Predictive Analytics for Automated Systems
What Can We Do with A.I. and Machine Learning?
I’m a data guy. There – I admitted it. I hear that is step one. But seriously, it is a bit of a running joke that I will likely produce a spreadsheet or a pivot table when faced with some type of data challenge. Perhaps it is my analytical side that likes to take data and try to turn it into information that can help me make decisions for future actions. I am not alone here. Many of our customers are trying to do the same – use historical and live data to make intelligent business decisions to predict a possible problem before it happens, or to avoid that problematic situation altogether.
How We Use Data
A little history. In the 30 years or so that I have been involved with automation, there has been a desire to collect data. Often data was collected only to be used after an undesirable event to determine what happened. For example, if a bad batch of product was made, you could look back at the data and see that a temperature varied from setpoint during the process. You now know WHAT happened, but you still made scrap. Today we would call that “descriptive historical data”. Is my drive faulted? Is my temperature too far from the setpoint? Which production line made the most good parts last week? These are all questions that collecting descriptive historical data can answer.
Let’s take a quick look at four different types of data and what they mean:
- Descriptive — What happened?
- Diagnostic — Why did it happen?
- Predictive — What will happen?
- Prescriptive — What should I do?
Manufacturing and process data is typically collected and evaluated via an industrial computer such as this VersaView® 5400
Descriptive Historical Data – Is it good enough?
Is that good enough? Maybe – but along with WHAT, people typically want to know WHY. Why did my drive fault? Why didn’t I reach my temperature setpoint? Why did Line 3 make 20% scrap last week? As devices get smarter, they produce more information that we can collect. This data is often called “Diagnostic Data”. So, to answer “Why did my drive fault?”, I might use the diagnostic information collected to determine that the motor current was excessively high for several minutes before the drive fault. That information can now be given to a technician to determine why the motor current was high, and hopefully, prevent that problem in the future. So now we know WHAT and WHY, but we still wasted production, and the human interaction required is high.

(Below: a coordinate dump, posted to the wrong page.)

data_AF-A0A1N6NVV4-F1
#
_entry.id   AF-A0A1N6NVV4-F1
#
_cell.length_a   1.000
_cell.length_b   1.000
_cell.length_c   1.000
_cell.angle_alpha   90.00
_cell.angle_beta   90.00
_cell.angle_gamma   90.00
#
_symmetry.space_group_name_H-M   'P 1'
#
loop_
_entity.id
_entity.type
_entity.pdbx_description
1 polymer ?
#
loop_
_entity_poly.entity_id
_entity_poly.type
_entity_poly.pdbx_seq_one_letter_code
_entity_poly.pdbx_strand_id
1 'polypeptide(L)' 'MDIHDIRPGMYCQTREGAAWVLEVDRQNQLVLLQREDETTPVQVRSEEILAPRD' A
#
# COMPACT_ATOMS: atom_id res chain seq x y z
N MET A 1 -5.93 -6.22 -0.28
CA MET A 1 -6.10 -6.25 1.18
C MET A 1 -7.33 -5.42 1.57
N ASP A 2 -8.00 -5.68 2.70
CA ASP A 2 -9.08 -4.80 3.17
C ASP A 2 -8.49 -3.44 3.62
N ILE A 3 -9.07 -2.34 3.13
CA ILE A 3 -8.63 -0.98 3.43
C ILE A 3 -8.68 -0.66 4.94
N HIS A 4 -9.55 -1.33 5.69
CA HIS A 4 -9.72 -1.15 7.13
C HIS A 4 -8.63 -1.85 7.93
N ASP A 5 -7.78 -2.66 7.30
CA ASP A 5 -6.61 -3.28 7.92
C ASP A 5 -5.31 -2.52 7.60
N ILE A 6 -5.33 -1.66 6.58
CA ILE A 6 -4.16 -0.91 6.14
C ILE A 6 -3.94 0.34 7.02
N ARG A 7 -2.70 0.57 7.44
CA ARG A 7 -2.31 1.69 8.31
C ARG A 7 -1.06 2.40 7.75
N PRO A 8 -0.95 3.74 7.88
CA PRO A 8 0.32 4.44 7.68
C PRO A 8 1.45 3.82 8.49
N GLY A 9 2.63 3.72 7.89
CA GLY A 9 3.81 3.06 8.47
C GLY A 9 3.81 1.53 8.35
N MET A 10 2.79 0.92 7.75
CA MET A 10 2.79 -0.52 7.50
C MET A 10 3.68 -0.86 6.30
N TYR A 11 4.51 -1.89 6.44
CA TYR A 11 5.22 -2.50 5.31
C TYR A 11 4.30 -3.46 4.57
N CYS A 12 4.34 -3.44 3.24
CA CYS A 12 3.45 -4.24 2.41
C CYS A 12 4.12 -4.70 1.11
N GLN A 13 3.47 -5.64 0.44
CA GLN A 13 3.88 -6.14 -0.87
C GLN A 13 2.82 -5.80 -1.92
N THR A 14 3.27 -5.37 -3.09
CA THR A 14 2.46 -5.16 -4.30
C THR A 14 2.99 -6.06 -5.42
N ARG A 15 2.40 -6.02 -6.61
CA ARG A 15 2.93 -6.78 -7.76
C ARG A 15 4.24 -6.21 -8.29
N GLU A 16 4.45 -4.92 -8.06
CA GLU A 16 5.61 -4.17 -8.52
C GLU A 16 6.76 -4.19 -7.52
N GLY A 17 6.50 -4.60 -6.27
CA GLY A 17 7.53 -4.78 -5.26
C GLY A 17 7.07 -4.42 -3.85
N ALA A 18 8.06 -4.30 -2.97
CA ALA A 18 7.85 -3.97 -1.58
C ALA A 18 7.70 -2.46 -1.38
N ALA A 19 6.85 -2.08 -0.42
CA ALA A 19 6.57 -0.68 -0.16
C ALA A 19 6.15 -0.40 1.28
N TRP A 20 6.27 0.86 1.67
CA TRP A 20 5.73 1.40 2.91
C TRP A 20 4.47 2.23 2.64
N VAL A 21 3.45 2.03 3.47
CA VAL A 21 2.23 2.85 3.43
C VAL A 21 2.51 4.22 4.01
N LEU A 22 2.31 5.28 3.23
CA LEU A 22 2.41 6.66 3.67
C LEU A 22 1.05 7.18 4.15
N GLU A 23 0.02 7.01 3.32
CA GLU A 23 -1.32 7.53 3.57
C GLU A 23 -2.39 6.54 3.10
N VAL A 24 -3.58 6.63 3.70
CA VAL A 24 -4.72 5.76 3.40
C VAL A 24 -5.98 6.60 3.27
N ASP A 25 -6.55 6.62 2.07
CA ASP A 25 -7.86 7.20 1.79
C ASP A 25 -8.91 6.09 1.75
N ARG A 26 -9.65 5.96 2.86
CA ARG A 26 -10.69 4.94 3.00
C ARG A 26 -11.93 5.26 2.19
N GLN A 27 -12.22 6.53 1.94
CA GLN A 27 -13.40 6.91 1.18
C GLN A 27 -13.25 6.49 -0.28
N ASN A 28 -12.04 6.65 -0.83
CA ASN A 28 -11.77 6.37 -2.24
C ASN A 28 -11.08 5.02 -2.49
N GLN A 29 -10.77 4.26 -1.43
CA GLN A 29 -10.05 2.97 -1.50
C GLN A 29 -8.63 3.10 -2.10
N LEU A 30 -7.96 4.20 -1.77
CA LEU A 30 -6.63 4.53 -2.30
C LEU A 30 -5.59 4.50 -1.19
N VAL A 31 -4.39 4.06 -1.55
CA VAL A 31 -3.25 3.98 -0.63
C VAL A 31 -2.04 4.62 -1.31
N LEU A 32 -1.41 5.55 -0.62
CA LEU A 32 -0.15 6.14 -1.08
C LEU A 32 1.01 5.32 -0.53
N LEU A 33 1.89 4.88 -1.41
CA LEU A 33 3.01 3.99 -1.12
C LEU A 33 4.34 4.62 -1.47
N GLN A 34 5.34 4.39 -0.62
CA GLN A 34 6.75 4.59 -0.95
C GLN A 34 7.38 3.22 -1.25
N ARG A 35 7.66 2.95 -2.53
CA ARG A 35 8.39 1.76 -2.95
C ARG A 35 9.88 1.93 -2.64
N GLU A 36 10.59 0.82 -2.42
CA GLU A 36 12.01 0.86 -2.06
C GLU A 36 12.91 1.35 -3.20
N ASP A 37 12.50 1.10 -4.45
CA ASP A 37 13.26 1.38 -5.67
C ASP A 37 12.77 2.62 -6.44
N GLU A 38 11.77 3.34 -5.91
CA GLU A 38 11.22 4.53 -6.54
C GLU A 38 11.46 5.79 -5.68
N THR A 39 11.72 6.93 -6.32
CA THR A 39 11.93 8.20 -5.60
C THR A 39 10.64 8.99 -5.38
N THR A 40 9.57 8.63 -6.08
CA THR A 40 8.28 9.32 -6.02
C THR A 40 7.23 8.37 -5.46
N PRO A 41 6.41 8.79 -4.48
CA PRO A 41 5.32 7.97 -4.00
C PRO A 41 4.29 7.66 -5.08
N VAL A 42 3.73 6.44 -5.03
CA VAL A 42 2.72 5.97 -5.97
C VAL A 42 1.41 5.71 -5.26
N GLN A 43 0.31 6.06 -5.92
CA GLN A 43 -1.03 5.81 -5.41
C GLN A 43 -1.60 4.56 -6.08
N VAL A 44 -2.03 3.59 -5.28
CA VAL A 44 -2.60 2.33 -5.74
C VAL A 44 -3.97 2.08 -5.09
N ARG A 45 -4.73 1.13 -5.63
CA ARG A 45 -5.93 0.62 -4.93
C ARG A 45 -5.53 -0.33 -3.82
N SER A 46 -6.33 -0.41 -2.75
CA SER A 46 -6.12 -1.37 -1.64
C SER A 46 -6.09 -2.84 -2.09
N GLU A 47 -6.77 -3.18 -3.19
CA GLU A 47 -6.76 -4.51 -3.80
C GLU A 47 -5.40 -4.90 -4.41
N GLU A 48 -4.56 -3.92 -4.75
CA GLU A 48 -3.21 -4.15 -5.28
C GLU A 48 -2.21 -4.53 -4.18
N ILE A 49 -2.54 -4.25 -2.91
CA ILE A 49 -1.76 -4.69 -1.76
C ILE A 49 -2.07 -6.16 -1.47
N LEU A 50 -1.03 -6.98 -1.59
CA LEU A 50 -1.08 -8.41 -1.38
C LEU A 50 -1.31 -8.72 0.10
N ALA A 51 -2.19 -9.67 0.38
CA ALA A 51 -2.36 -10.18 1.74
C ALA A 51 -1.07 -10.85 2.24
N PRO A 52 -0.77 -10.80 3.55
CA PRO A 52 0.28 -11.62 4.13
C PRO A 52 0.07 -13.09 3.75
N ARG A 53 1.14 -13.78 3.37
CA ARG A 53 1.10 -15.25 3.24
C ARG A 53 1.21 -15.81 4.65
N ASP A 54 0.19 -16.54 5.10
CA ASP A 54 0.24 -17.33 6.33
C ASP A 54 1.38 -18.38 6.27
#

This graphic correlates types of data to the amount of human input. This graphic is courtesy of Rockwell Automation®.
A Predictive Analytics and Data Analogy: Your Car
Today, in addition to the basic analytics of WHAT and WHY above, customers would like to use all the data being generated by their production assets to learn what should be happening and predict imminent anomalies. For example, wouldn’t it be better to know that your motor is drawing abnormally high current before the drive faults and shuts down production?
- This is part of the advanced analytics that we see our customers start to implement today known as “Predictive Analytics”
- So now we’ve gone from Descriptive “My car ran out of gas” to…
- Diagnostic “My gas light just came on – better get gas” to…
- Predictive “I have 120 miles until empty – I can get gas at my next rest stop”
We experience Predictive Analytics in our daily life – we should expect the same in manufacturing.
A.I. and Machine Learning for Process Automation
So, all this data that is available today allows technology like Machine Learning (a form of Artificial Intelligence) not only to make predictions about our process but also tell us how to avoid problems. Instead of “your drive will fault in 5 minutes” we can now get “decrease load on motor”. This is often called “Prescriptive Analytics”. If predictive analytics tells us what is about to happen, prescriptive analytics tells us what we can do to avoid it. In my low gas example above, this would be the equivalent of showing you all gas stations along your route in your mileage range and routing your GPS navigation system to them.
An example screenshot of a dashboard from FactoryTalk Analytics for Devices
A.I. and Machine Learning are here today. Rockwell Automation has introduced several offerings in the FactoryTalk Analytics platform and is investing heavily to continue to provide solutions for manufacturing production analytics. What solution is right for you?
Not sure if you or your manufacturing facility are ready for analytics? Contact Horizon Solutions for more information.